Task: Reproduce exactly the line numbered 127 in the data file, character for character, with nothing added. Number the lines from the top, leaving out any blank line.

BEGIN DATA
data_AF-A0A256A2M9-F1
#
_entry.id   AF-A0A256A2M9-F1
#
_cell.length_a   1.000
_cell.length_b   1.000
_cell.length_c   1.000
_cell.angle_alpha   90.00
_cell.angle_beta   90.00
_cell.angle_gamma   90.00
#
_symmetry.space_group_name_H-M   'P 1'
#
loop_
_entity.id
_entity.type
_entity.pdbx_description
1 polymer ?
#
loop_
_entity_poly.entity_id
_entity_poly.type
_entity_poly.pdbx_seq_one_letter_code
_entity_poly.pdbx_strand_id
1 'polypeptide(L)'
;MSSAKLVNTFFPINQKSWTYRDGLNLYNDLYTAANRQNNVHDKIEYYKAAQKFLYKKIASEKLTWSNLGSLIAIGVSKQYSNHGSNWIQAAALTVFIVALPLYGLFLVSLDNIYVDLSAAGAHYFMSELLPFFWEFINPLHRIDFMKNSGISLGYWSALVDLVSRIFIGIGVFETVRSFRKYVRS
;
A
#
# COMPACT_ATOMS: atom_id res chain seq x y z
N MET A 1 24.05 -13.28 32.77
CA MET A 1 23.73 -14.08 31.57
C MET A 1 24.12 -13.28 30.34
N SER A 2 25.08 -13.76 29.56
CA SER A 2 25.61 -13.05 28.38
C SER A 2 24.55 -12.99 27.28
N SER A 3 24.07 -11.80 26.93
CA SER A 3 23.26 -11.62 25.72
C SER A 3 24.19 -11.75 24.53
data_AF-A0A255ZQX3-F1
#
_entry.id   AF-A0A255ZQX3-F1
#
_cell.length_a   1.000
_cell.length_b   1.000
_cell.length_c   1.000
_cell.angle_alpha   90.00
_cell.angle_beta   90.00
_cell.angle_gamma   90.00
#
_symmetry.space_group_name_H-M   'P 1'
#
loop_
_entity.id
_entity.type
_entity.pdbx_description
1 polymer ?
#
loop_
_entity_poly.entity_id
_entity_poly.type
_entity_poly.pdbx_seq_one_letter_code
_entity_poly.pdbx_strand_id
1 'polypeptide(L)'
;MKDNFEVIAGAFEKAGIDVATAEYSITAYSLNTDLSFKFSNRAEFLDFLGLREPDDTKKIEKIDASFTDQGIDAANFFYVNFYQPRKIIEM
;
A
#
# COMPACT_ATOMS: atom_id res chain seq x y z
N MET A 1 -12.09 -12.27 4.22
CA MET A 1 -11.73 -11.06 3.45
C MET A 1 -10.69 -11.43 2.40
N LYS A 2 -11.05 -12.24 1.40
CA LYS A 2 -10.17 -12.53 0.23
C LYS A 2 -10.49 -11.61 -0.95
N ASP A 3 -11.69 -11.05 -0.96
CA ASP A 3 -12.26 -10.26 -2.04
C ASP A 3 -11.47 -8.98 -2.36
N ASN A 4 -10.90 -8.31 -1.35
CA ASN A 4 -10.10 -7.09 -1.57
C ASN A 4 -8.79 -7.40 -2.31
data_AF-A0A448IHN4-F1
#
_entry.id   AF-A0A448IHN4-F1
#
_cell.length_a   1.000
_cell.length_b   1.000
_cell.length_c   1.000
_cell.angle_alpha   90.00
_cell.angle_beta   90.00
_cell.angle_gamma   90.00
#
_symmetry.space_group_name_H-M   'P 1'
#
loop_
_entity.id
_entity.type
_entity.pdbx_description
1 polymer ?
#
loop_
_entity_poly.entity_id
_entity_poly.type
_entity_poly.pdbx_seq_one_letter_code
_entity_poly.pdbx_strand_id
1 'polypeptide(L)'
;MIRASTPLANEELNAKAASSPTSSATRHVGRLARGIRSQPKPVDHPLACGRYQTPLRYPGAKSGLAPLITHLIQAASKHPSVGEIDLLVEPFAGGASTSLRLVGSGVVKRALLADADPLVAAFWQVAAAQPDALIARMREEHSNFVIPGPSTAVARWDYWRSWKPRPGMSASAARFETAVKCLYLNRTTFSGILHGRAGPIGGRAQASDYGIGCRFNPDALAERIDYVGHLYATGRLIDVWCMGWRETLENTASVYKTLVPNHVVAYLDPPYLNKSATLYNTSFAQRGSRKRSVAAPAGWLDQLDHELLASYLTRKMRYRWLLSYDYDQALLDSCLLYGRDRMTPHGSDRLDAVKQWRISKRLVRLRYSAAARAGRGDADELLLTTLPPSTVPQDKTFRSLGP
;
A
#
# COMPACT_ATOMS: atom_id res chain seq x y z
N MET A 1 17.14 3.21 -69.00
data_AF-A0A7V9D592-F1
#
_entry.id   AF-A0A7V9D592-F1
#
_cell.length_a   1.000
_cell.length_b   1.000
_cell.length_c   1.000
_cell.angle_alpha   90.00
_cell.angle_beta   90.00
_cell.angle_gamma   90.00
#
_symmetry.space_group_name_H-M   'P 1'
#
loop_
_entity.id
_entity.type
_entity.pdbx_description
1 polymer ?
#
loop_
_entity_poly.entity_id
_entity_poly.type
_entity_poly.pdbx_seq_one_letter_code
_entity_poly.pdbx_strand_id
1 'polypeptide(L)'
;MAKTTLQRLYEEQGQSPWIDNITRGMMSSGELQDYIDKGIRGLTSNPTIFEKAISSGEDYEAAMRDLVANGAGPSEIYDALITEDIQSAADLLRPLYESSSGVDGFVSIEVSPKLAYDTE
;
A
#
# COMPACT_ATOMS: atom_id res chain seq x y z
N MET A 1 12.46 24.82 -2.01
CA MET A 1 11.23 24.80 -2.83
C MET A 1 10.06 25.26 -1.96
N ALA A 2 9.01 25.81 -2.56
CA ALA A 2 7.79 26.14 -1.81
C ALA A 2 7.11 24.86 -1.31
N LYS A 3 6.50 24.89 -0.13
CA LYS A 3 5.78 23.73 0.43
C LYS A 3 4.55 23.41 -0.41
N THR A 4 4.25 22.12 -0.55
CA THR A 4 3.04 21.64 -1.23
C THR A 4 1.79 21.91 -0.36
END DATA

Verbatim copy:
_entity.id